Labour MP and Patron of Humanists UK
Nick Brown was born in Hawkhurst, Kent, and educated at Tunbridge Wells Technical High School, and then at the University of Manchester. After graduation, he worked in the advertising department of Proctor and Gamble in Newcastle upon Tyne (1974-75). He then worked for a Newcastle-based dry-cleaning company (1976-78), and in the Northern Region of the General and Municipal Worker’s Union (as it then was) from 1978 to 1983, as the region’s research officer, and later the legal officer. He was elected to Newcastle City Council in 1980-83 for the Walker Ward of Newcastle East.
He was first elected to Parliament in 1983 and he has been an MP ever since (for Newcastle upon Tyne East 1983-97, for Newcastle upon Tyne East and Wallsend 1997-2010, and for Newcastle upon Tyne East since May 2010) . In 1985-87 he was opposition spokesman on legal affairs. From 1987 to 1994 he was a member of the opposition Treasury Team, has served as Shadow Minister for Health under Margaret Beckett, and in 1995 he was appointed Deputy Chief Whip and then, after Labour’s election victory in 1997, was appointed Government Chief Whip. In 1998 he was appointed Minister for Agriculture, Fisheries and Food. In 2001 he was appointed the Minister for Work at the Department for Work and Pensions, under Secretaries of State Alistair Darling, and then Andrew Smith. From June 2003 to June 2007 he was a back-bench MP and then after the election of Gordon Brown as leader of the Labour Party returned to Government as Deputy Chief Whip, Minister for the North East and Treasurer of the Household. In October 2008 Nick was again made Government Chief Whip, and returned to the Cabinet.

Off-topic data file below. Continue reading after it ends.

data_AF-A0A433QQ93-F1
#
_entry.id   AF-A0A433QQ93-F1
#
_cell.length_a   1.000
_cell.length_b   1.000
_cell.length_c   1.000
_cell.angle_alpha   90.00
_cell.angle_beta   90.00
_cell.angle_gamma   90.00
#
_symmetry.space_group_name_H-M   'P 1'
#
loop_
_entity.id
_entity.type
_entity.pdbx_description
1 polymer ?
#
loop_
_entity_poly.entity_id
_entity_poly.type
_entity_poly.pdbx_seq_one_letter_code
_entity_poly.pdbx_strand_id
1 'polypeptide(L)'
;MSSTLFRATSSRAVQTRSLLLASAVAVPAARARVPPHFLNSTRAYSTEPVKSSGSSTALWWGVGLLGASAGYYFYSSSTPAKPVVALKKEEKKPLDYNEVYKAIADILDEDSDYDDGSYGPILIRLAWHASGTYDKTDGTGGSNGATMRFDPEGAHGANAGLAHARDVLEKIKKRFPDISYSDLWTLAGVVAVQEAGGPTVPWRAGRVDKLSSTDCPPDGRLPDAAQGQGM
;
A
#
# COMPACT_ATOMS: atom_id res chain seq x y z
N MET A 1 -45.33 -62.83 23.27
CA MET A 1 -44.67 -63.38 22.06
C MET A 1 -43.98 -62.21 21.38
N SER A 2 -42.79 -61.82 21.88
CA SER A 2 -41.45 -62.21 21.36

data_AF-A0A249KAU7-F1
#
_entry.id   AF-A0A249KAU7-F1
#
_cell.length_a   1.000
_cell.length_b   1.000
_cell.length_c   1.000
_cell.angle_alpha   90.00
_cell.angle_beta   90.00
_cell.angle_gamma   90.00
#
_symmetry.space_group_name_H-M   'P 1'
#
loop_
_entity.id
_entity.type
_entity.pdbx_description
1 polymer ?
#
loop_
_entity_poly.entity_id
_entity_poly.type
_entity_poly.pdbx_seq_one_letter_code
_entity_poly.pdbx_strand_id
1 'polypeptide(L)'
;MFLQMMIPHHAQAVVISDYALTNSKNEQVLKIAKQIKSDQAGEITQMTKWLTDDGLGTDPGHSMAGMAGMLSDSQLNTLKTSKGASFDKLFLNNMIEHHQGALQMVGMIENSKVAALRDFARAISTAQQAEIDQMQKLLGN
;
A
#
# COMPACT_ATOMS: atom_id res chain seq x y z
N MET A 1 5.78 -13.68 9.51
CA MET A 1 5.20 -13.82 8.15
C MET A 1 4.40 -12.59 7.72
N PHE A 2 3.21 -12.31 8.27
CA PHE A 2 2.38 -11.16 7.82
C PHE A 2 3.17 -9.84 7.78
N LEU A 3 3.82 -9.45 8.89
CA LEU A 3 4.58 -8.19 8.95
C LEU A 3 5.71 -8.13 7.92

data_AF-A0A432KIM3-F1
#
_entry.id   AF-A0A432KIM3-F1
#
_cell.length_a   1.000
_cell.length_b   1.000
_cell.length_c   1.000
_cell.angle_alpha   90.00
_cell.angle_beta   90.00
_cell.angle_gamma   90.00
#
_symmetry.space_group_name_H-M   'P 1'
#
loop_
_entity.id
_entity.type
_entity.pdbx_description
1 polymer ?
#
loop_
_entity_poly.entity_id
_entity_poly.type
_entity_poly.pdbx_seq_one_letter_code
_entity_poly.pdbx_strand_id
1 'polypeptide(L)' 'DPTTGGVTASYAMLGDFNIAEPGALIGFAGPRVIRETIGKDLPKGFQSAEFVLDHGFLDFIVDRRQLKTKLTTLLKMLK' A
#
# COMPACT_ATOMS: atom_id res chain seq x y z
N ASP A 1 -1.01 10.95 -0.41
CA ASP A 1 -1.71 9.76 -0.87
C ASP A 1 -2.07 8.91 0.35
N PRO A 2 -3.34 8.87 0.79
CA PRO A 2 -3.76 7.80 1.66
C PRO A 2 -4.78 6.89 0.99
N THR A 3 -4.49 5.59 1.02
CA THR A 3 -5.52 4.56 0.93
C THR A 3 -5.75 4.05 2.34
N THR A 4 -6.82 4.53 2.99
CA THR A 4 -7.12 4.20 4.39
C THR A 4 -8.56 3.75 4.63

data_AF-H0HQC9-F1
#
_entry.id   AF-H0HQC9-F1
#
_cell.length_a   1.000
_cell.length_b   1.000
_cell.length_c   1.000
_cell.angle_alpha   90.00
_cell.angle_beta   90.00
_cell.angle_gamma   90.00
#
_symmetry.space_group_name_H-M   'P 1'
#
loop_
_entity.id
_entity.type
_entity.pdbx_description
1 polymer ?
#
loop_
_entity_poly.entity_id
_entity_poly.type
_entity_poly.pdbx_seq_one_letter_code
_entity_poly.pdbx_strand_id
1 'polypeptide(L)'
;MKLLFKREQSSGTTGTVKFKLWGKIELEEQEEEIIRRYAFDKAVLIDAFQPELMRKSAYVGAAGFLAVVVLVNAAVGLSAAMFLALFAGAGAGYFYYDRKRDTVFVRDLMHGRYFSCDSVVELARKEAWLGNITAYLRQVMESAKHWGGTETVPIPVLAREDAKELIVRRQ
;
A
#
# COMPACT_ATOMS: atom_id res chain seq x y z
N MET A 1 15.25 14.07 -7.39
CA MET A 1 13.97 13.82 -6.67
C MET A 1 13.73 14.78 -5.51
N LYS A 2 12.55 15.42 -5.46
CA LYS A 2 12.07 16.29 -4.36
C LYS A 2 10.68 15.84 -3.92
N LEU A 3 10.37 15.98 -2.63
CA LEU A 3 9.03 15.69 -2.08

He has been a member of Select Committees on Broadcasting, Selection, and Administration, of Joint Committees on the Draft Financial Services Bill and the Draft Communications Data Bill and of the Speaker’s Committee for the Independent Parliamentary Standards Authority.
In 1997 he was made a Privy Councillor and in 2001 he was awarded the freedom of the city of Newcastle. He is a governor of Walker Technology College and a patron of Leeds Youth Opera.
His other roles have included: Opposition Frontbench Spokesperson for Legal Affairs 1985-92, Treasury and Economic Affairs 1988-94; Deputy to Margaret Beckett as Shadow Leader of the Commons 1992-94; Opposition Spokesperson for Health 1994-95; Opposition Deputy Chief Whip 1995-97; Government Chief Whip 1997-98; Minister of Agriculture, Fisheries and Food 1998-2001; Minister of State for Work, Department of Work and Pensions 2001-03; Deputy Government Chief Whip 2007-08; Minister for the North East 2007-10; Government Chief Whip 2008-10; Shadow Parliamentary Secretary to the Treasury and Opposition Chief Whip 2010; and Shadow Chief Whip 2016-present.